|Title||ChIPulate: A comprehensive ChIP-seq simulation pipeline|
|Publication Type||Journal Article|
|Year of Publication||2019|
|Authors||Datta V., Hannenhalli S., Siddharthan R.|
|Journal||PLOS Computational Biology|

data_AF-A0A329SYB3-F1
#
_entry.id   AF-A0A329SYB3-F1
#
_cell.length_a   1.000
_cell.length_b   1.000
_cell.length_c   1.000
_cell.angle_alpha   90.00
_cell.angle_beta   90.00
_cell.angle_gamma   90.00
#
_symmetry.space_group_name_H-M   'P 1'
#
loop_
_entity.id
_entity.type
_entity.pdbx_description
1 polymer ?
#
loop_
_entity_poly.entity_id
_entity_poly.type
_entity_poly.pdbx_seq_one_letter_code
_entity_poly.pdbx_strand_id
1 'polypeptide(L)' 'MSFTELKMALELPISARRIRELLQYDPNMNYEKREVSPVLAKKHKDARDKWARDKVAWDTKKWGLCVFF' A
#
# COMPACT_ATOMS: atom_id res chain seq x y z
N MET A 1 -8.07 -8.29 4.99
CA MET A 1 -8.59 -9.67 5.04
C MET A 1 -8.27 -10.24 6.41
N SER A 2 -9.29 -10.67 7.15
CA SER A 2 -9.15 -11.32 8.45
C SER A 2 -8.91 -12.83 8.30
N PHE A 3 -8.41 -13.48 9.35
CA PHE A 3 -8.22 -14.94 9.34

Author summary DNA-binding proteins perform many key roles in biology, such as transcriptional regulation of gene expression and chromatin modification. ChIP-seq (Chromatin immunoprecipitation followed by high-throughput sequencing) is a widely used experimental technique to identify DNA-binding sites of specific proteins of interest, within cells, genome-wide. DNA fragments from genomic regions that are bound by a protein of interest, often a transcription factor (TF), are selectively extracted using specific antibodies, amplified using PCR, and sequenced. The sequences are mapped to the reference genome. Regions where many sequences map, called ‚Äúpeaks‚Äù, are used to infer the location of TF-bound loci (peaks), in vivo occupancy at those loci, and the sequence pattern (motif) to which the TF shows a binding affinity. But measurements of TF occupancy and motif inference are vulnerable to several biological and experimental sources of variation that are poorly understood and difficult to assess directly. Here, we simulate key steps of the ChIP-seq protocol with the aim of estimating the relative effects of various sources of variations on motif inference and binding affinity estimations. Besides providing specific insights and recommendations, we provide a general framework to simulate sequence reads in a ChIP-seq experiment, which should considerably aid in the development of software aimed at analyzing ChIP-seq data.